Skin Prick Testing with Aeroallergen Extracts: What Is the Optimal Panel for Children and Adolescents?

The skin prick test (SPT) is the standard tool for the diagnosis of IgE-mediated allergic diseases. History of Allergy: in 1869, to investigate his own hay fever, Charles Blakely performed the first skin test. 

This study from Turkey tried to determine the minimum test battery panel necessary to cover at least 95% of the cases of SPT sensitization in children and adolescents (2-18 years).

A total of 2,500 children with a median age of 6.8 years were subjected to SPT during a 2.5-year period. 35% children were sensitized to at least one of the 30 aeroallergen extracts tested.

The most common sensitizations were to:

- grasses (Festuca pratensis, Phleum pratense, Dactylis glomerata, and Lolium perenne)
- house dust mites (Dermatophagoides pteronyssinus and Dermatophagoides farinae)
- cat
- weeds (Chenopodium, Plantago, and Artemisia)
- molds (Alternaria and Cladosporium)

The sensitization rates increased with an increase in age.

Testing with 12, 8, and 7 allergens was sufficient to identify over 95% of the sensitized preschool children, school children, and adolescents, respectively.

An SPT panel covering 12 allergen extracts was sufficient to detect most of the sensitized children and adolescents with recurrent respiratory symptoms. As the patients grow older, a smaller test panel was required compared to the panels used at younger ages.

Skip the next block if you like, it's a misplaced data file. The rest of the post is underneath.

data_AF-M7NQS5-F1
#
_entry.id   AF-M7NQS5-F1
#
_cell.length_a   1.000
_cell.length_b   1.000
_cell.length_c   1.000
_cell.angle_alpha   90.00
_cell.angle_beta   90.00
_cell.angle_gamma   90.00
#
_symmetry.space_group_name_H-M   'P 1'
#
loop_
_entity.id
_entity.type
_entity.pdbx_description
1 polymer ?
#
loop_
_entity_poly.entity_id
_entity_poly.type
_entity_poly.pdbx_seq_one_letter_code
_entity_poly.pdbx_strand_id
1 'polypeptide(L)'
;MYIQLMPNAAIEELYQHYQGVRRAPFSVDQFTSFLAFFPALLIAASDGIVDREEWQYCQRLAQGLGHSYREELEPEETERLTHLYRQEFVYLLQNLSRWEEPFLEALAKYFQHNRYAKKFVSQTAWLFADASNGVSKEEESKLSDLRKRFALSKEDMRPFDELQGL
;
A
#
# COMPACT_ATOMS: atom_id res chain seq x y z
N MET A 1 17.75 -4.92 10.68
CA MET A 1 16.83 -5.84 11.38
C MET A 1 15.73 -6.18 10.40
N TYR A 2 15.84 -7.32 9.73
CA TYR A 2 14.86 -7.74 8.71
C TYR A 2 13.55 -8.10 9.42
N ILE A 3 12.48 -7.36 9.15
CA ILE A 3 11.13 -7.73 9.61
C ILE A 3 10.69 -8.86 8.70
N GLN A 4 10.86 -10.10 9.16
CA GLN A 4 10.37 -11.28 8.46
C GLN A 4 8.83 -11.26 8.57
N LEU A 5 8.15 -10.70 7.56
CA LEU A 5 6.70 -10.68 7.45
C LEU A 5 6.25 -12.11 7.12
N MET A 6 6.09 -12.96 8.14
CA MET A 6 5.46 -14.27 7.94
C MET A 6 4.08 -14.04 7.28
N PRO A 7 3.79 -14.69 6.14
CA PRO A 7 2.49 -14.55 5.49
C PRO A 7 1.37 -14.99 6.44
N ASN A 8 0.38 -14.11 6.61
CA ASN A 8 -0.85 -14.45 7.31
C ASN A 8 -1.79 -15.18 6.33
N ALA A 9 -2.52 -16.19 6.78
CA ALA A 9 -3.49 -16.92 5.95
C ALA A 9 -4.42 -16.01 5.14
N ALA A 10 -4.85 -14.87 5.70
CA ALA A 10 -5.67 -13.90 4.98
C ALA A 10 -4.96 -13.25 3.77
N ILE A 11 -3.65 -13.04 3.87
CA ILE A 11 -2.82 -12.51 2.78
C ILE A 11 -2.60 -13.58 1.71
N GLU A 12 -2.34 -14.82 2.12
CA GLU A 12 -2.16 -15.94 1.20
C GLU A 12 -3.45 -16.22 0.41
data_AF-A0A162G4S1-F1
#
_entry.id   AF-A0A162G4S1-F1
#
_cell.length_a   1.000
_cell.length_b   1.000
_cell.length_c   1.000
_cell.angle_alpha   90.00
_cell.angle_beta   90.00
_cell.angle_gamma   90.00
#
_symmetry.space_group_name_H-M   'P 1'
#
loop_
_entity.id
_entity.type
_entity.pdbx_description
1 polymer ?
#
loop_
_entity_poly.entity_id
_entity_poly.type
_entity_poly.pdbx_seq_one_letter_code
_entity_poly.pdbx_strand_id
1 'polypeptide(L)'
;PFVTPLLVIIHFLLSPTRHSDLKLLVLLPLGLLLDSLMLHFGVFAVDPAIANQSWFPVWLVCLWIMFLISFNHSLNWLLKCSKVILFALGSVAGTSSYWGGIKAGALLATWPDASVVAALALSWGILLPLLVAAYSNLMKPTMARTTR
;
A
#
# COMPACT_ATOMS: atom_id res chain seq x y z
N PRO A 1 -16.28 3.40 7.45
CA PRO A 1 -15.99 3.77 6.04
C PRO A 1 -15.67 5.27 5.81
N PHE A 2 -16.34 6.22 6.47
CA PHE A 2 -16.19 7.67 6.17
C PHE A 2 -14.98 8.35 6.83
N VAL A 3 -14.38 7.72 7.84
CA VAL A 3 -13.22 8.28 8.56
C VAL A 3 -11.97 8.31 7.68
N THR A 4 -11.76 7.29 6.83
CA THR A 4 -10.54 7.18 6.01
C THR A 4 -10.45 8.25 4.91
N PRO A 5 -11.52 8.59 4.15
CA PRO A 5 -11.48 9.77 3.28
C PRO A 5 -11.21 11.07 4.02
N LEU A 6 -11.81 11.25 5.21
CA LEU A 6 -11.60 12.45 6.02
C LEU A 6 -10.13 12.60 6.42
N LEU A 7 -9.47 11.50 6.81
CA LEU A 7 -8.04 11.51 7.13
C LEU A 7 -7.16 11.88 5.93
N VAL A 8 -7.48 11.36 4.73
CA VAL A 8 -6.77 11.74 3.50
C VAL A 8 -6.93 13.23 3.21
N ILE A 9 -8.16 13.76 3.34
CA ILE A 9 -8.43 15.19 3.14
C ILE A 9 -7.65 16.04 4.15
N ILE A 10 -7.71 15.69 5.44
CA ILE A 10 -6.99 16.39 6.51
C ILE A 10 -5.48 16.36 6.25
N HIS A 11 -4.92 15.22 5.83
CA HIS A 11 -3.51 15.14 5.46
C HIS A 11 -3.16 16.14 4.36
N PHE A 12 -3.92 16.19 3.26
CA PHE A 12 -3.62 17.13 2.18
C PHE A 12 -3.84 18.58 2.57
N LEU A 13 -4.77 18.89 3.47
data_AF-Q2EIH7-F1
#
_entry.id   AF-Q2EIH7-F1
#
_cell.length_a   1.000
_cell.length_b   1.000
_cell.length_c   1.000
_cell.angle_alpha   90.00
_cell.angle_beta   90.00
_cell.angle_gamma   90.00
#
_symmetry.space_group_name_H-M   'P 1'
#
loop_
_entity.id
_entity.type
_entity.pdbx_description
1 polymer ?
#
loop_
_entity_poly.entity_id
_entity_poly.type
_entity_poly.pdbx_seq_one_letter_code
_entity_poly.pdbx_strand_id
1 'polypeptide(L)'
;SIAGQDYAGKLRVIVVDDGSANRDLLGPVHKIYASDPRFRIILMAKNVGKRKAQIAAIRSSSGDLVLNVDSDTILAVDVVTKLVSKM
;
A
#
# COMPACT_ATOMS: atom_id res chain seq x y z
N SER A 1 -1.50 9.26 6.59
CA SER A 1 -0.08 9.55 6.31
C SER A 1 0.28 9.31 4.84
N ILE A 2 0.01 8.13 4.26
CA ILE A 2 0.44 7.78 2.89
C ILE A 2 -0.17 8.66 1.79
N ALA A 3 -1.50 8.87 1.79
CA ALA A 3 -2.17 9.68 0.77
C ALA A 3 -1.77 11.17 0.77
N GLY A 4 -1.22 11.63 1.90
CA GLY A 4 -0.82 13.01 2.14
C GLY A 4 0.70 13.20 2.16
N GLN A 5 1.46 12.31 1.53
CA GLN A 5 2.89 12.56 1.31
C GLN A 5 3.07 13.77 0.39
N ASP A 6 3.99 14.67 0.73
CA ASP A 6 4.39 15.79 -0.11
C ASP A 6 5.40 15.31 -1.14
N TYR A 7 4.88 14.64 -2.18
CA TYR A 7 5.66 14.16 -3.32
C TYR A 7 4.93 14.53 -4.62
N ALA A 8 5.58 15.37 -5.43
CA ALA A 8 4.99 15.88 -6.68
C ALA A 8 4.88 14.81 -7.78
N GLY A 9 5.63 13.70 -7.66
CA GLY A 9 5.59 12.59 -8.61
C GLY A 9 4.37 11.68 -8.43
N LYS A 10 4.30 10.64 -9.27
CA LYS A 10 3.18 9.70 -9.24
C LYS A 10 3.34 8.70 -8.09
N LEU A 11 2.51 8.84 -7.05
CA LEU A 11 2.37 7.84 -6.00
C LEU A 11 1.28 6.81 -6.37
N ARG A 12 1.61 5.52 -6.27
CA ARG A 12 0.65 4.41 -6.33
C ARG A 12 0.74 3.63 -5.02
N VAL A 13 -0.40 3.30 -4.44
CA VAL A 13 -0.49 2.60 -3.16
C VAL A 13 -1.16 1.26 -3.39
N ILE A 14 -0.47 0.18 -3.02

What to expect when visiting an allergy clinic

The current allergy skin tests are virtually painless. This video by Dr. Bassett, a board-certified allergist from New York City, shows what to expect when visiting an allergy clinic for diagnosis and treatment:


Skin Prick Testing to Aeroallergen Extracts: What Is the Optimal Panel in Children and Adolescents in Turkey? Int Arch Allergy Immunol. 2011 Nov 25;157(4):391-398.

Image source: Skin prick testing on the left side of the back shows a negative control (1), a positive control (2) and multiple positive tests to trees and grass (3-20).

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